The mandalas gardens are all unique, limited only to the imagination of its creator. To create a mandala garden, you have to think about it and then draw it. Here is a selection of the most beautiful Mandala gardens in Permaculture around the world.
Now let’s imagine, for a moment, that you do not have an area of horizontal space that you can devote to a vegetable garden. Imagine that you only have a thin strip of land against a vertical wall or fence.
Interestingly, you could still consider growing a wide range of crops, even when you have very little space available. You can use vertical gardening techniques, and think in the vertical plane as well as the horizontal one.
By using trellis, shelving, planters and hanging containers in a range of innovative ways, you could still grow plenty of food against a sunny wall or fence. The image above shows one potential layout idea for a vegetable garden of this type.
In this image you can see:
Of course, this is just one potential layout for this type of vegetable garden. You can be inventive and find a range of innovative ways to grow more food in less space.
There are plenty of other ways to create layouts that work well for you, and for your plants. But these interesting layout ideas for your vegetable garden may help you work out a garden design that is perfect for you, and for where you live.
When you get the design and layout right, you will create a foundation that you can continue to build on for years to come. And your garden may be able to provide you with more food than you ever imagined.
Elizabeth Waddington is a writer, permaculture designer and green living consultant. She is a practical, hands-on gardener, with a background in philosophy: (an MA in English-Philosophy from St Andrews University). She has long had an interest in ecology, gardening and sustainability and is fascinated by how thought can generate action, and ideas can generate positive change.
In 2014, she and her husband moved to their forever home in the country. She graduated from allotment gardening to organically managing 1/3 of an acre of land, including a mature fruit orchard,which she has turned into a productive forest garden. The yield from the garden is increasing year on year – rapidly approaching an annual weight in produce of almost 1 ton.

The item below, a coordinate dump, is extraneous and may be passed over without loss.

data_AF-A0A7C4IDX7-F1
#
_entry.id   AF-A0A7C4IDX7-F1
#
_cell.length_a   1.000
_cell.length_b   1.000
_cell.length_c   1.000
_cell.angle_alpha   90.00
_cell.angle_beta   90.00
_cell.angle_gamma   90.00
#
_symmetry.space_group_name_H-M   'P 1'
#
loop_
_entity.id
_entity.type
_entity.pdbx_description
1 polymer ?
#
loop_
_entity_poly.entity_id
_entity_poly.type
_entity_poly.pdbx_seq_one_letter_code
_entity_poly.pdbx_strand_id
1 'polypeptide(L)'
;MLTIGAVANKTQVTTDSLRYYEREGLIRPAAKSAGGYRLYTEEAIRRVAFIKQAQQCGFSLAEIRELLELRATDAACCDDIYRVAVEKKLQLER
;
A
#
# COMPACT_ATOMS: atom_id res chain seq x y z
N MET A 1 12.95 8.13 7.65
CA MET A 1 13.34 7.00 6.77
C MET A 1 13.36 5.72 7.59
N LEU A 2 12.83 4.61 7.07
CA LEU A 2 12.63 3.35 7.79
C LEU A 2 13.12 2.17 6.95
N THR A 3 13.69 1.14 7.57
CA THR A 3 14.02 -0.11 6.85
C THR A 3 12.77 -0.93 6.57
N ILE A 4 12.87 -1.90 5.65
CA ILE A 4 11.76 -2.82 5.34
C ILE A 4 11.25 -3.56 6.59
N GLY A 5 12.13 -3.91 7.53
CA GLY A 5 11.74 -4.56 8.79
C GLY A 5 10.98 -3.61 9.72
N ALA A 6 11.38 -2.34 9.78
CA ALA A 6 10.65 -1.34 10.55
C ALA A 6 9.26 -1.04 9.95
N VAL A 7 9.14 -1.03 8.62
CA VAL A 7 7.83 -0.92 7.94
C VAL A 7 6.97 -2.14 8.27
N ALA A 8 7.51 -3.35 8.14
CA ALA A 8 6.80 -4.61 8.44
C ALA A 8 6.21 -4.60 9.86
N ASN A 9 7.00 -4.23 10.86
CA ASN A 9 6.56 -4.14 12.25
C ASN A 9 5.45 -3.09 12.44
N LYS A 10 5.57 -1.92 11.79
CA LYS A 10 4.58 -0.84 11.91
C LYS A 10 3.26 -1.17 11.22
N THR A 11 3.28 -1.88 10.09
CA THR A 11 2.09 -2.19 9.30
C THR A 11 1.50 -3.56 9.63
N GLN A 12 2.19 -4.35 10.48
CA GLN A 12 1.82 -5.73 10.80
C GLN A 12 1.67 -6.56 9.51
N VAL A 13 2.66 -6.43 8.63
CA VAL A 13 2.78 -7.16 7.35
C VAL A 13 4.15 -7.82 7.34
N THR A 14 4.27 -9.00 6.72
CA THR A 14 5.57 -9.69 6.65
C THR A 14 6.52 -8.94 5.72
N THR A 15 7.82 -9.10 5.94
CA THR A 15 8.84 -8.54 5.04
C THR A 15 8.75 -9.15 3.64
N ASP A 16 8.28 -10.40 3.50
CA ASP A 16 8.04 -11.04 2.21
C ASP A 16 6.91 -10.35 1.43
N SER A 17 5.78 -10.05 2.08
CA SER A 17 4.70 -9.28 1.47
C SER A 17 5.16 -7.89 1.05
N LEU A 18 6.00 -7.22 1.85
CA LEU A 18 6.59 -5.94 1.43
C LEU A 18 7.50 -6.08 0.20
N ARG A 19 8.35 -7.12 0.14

She has filled the rest of the garden with a polytunnel, a vegetable patch, a herb garden, a wildlife pond, woodland areas and more. Since moving to the property she has also rescued many chickens from factory farms, keeping them for their eggs, and moved much closer to self-sufficiency. She has made many strides in attracting local wildlife and increasing biodiversity on the site.
When she is not gardening, Elizabeth spends a lot of time working remotely on permaculture garden projects around the world. Amongst other things, she has designed private gardens in regions as diverse as Canada, Minnesota, Texas, the Arizona/California desert, and the Dominican Republic, commercial aquaponics schemes, food forests and community gardens in a wide range of global locations.
In addition to designing gardens, Elizabeth also works in a consultancy capacity, offering ongoing support and training for gardeners and growers around the globe. She has created booklets and aided in the design of Food Kits to help gardeners to cool and warm climates to grow their own food, for example. She is undertaking ongoing work for NGO Somalia Dryland Solutions and a number of other non governmental organisations, and works as an environmental consultant for several sustainable companies.